Earlier this year, the government refused to ban companies from forcing female employees to wear high heels, after a high-profile court case.
London temp Nicola Thorp was sent home without pay after refusing to wear heels at a job for PwC.
See also: Man claims poppy seed roll is reason he failed drugs test
But the temp company, Portico, isn't the only employer to have rules that drive their staff up the wall.
New research from job board CV-Library has found that more than a third of workplaces in the UK have ridiculous rules in place, with one in five workers stating that they feel they can't be trusted as a result.
The the cities most likely to have ridiculous rules in place included Glasgow, at a whopping 71%, Cardiff at 57%, Sheffield at 46%. In, Birmingham 38% of workplaces had ridiculous rules, and in London the figure was 37%.
However, more than half of workers said they'd simply ignore any rules they found too daft.
"Every workplace needs rules: otherwise you'd simply never get things done! That said it's clear that many of the rules highlighted in our research are just ridiculous," says Lee Biggins, founder and managing director of CV-Library.
"Employees want to feel trusted, and while one workplace can differ massively to another, you have to treat your staff like adults – especially when it comes to being allowed to drink water and going to the toilet!"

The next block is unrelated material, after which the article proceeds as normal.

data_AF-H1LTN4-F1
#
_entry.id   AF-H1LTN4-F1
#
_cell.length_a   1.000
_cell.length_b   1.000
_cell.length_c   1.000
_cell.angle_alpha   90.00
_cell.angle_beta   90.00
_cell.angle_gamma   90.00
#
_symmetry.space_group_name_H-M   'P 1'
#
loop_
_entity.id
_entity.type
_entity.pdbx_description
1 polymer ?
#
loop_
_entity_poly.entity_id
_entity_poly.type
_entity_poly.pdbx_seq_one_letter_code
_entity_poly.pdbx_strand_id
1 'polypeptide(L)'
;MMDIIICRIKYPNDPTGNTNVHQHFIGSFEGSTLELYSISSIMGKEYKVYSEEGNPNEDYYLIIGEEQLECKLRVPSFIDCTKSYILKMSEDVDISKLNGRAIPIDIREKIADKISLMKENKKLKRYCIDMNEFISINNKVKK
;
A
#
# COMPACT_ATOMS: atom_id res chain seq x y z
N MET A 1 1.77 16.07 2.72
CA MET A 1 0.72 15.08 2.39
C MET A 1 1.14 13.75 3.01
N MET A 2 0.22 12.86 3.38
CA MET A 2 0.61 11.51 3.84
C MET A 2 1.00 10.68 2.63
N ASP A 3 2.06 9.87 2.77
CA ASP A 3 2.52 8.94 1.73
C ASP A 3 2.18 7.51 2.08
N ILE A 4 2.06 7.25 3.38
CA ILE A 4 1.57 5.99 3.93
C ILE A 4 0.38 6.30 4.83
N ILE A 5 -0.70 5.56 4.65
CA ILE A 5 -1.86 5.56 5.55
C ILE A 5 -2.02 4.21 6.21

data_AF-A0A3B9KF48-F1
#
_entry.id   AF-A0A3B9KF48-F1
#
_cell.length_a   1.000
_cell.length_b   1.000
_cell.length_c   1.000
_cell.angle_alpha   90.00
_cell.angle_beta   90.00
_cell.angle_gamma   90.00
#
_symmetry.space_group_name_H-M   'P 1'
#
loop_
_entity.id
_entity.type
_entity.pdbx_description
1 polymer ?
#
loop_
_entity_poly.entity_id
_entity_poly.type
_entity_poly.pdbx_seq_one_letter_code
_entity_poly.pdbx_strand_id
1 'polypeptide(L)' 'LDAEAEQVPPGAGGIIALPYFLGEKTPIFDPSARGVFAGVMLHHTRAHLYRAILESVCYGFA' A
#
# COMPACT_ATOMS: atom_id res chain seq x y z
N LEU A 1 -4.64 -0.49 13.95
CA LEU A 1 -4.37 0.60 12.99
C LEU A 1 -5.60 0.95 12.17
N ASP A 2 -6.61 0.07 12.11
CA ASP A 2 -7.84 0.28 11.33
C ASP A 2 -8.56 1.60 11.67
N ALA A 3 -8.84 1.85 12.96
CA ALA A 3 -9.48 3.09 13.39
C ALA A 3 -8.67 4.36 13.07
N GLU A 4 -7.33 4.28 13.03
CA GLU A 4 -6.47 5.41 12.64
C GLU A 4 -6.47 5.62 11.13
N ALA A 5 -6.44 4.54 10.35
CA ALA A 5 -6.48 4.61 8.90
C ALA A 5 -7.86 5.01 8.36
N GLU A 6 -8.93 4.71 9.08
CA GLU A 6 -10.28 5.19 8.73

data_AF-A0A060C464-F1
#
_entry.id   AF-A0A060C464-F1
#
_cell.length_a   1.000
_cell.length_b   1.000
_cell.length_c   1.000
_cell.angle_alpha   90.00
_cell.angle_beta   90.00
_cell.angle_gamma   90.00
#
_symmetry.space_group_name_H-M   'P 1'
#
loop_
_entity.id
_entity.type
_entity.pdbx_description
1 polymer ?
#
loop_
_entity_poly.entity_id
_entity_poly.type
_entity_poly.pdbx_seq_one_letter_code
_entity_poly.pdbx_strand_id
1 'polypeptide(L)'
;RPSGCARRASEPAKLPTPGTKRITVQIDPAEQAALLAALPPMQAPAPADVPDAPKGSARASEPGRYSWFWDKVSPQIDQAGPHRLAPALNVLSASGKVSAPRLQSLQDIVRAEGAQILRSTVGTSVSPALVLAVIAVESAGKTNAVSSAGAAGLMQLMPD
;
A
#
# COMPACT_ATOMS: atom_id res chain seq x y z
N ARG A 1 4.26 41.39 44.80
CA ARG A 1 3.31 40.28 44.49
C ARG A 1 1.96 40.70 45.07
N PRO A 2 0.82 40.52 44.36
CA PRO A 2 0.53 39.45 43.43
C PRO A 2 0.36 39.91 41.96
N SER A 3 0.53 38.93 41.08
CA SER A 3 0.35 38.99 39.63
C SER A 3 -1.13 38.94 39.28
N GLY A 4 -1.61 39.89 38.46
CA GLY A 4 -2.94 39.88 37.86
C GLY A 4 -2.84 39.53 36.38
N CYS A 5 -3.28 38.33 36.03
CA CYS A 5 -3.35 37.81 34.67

The main types of silly workplace rules
1. Toilet troubles
Many people say they either have a strict time frame in which to go to the toilet - as little as three minutes - or have to ask before they go. Some say they're even searched before going to the loo.
2. Dress code dilemmas
Some respondents say they have to wear particular coloured clothes to match the business, others, that women aren't allowed to wear trousers. One individual even said that they were sent home for not dressing down.
3. Silent treatment
Some employees say they aren't allowed to talk out loud unless they're in the staff room, while others said that they weren't allowed to say hello to a customer, only 'good morning', or 'good afternoon'.
4. Time keeping
If you're two minutes late in one business you'll have your pay docked by 15 minutes - and in another you aren't allowed to travel further than 20 metres away from the building at lunch in case you're late back!
5. Beverage blunders
Some workplaces won't allow their staff to drink water; one won't let workers carry drinks up and down the stairs. Even worse, another company won't let employees have drinks on their desk in case they get spilt.